Let’s Practise Civilised Politics

DESPITE wise counsel and appeals to politicians to campaign based on issues, it appears political insults are getting intensely personal and widespread.

At this point, increasingly, not only political leaders are trading insults and attacking each other, supporters and footsoldiers have joined in throwing jabs at  their political opponents.

The Times is concerned that politicians in particular are smearing each other and mudslinging instead of addressing issues and putting out their policies and programme before the electorates.

We are getting increasingly worried about the verbal vitriol and the retrain by politicians that “we will match you boot-for-boot”.

For us, it is highly dangerous for our democracy to descend to the level of insults which we consider to be archaic.

We expect that we recognise that our democracy is often cited as one of the best in the region, and having practised it over two decades, there must be decorum.

It is shameful that instead of growing, our democratic practice is embarrassingly retrogressing. Political activities and programmes have been turned into sparring matches between the ruling party and its political opponents.

Instead of scrutinising campaign messages and manifestos, members of the public have been reduced to listening to insults and attacks, three months to an important general election.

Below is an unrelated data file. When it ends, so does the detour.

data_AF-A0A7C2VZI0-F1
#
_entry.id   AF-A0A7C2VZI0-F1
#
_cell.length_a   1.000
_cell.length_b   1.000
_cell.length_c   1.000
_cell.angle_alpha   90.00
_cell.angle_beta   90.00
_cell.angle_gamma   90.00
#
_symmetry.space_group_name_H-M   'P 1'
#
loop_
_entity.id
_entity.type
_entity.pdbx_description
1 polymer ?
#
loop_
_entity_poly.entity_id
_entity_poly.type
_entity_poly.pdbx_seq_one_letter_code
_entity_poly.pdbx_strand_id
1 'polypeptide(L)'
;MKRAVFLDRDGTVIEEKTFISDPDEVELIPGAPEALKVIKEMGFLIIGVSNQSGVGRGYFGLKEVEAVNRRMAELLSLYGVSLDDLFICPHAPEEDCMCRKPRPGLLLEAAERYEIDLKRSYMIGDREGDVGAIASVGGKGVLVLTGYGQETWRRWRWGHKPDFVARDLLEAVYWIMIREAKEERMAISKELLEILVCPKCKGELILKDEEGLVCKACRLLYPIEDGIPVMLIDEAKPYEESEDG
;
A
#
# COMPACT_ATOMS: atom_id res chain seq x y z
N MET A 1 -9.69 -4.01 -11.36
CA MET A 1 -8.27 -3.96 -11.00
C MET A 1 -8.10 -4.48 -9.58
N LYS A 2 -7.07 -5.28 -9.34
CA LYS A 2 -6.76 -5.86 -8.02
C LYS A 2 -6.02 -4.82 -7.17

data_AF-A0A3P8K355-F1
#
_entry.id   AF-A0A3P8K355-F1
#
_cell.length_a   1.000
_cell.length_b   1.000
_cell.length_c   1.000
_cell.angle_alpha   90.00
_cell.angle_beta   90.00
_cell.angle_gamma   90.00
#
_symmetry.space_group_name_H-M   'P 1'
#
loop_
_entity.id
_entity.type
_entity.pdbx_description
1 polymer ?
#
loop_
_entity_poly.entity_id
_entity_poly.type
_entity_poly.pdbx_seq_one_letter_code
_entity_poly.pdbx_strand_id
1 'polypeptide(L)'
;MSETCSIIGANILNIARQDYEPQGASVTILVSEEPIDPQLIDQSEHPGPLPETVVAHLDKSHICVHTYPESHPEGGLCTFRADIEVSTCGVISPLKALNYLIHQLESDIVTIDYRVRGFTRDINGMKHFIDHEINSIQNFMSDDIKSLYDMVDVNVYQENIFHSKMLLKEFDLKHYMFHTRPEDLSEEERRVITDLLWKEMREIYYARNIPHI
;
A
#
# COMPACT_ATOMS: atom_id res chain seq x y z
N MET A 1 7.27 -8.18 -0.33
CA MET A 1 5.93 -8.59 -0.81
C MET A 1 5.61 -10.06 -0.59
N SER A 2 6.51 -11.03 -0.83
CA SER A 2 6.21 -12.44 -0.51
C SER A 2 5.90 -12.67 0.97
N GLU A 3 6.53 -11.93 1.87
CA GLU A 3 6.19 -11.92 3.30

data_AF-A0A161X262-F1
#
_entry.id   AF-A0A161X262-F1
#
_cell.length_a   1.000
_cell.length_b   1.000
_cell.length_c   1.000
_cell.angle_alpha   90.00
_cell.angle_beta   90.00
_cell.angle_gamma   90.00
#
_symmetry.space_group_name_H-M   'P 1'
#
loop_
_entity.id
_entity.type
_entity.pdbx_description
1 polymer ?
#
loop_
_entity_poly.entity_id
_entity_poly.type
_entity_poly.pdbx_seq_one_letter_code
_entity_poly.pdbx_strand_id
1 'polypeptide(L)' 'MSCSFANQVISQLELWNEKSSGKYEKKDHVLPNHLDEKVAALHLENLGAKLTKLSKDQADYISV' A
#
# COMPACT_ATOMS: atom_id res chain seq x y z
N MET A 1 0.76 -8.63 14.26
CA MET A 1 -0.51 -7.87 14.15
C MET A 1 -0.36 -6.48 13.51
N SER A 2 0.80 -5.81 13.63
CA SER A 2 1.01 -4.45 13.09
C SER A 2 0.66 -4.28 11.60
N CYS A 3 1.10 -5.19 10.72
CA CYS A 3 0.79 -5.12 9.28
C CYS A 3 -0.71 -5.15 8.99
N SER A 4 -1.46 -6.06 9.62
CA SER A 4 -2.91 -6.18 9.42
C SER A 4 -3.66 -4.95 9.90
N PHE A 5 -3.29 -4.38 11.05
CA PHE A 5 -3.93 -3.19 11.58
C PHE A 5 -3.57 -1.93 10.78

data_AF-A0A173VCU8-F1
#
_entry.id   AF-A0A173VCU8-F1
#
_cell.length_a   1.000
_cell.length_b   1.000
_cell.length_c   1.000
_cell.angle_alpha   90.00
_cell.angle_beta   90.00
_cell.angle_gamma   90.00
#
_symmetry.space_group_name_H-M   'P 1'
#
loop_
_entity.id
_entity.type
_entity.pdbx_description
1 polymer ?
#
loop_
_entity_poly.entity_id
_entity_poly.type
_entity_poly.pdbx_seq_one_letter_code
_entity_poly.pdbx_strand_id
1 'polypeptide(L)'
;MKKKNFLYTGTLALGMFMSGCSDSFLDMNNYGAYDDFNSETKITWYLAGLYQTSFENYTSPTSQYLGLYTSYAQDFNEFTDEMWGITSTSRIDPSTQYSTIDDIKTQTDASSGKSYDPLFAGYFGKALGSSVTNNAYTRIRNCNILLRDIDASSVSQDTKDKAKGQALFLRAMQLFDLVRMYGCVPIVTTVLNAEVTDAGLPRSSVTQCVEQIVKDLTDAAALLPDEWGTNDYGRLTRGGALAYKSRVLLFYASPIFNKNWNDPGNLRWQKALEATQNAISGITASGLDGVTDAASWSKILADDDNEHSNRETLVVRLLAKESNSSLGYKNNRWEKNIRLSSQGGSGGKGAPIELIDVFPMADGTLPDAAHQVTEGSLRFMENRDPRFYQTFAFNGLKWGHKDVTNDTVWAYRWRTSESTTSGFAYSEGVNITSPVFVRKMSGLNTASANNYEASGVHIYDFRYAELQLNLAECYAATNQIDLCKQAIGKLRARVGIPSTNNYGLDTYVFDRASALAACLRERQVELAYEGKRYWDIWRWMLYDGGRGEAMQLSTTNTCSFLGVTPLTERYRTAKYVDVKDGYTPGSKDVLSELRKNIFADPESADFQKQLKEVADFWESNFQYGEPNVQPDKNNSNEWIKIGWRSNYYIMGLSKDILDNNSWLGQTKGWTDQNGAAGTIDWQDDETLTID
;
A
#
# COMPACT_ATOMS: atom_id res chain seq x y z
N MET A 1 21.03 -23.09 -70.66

Democracy is very expensive. We are investing huge resources in the campaigns and the people must be allowed to digest the messages to make their choices based on their understanding of the messages they receive from the politicians.

We are afraid that instead, citizens are being denied good judgement by the political players who have resorted to insults rather than discussing issues.

We wish to remind the politicians that Ghana is the only country we have, and in their efforts to take power, their foremost priority should be to nurture and protect it and not to destroy the nation.

The insults and personal attacks that we have witnessed in recent times, of which we would not mention anyone of them in particular, is most unfortunate.

As a nation, we can do better and should be condemning what is going on and tell the politicians to desist from the verbal attacks.

There is nothing political about what is going on. Attacking your opponent and insulting him or her is primitive and must stop.

Print Friendly

Leave a Comment